Jill Lajdziak: Retail Experience Makes the Saturn Difference

From the Hub magazine: Between the time we spoke with Jill Lajdziak and the publication of this interview, General Motors announced plans to close Saturn. Well, here's another news flash: This doesn't necessarily mean the end for Saturn. And it certainly does not change the enlightened view Saturn brings to automotive retailing. Saturn was never designed to be a "luxury" automobile, but you'd never know that while visiting one of its state-of-the-art showrooms. The approach is almost majestic, with the gated dealership (if we must call it that), gracing a hillside. Golf carts whiz past, delivering customers to cars. Visitors are welcomed into a bright and airy space that nearly sparkles in the light. It is all windows, floors of bamboo, sunshine and curvaceous furniture. Kids play in a playroom while moms and dads tap at laptops in the waiting area. The garage is so shiny and bright you could just about open a restaurant in there. The pressure is so low you could almost feel a tropical breeze.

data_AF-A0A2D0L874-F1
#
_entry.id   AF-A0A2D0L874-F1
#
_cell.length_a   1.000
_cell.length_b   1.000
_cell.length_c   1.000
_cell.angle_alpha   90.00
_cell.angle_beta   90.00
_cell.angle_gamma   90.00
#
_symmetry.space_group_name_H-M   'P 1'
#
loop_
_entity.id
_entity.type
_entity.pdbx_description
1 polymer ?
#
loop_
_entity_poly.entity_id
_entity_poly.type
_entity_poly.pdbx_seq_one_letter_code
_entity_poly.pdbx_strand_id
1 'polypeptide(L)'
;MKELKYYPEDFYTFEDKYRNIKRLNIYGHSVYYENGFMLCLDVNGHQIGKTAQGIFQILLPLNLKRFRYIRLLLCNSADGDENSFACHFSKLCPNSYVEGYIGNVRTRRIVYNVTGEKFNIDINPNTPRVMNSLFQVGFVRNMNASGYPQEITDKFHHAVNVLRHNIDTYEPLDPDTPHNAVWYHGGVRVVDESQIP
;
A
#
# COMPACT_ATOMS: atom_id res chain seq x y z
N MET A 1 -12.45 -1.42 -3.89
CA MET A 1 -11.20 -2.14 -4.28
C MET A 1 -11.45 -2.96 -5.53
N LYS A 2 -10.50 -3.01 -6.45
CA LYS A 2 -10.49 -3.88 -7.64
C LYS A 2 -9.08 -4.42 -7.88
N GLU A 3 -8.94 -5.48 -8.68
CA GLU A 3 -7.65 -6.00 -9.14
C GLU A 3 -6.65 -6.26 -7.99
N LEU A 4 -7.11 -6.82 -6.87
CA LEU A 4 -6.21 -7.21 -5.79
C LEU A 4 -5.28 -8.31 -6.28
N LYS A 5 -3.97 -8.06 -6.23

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Flashback Friday: 1999 Homecoming SL2 Brochure

Flashback Friday: 1999 Homecoming SL2 Brochure

Pictured above is the front page of the single-page brochure created to promote the 1999 Saturn Homecoming SL2. Only a limited number of these green sedans were built to commemorate the brand's second homecoming celebration held in July of '99 at the former Saturn plant in Spring Hill, Tennessee. The MSRP for this special model was $17,405.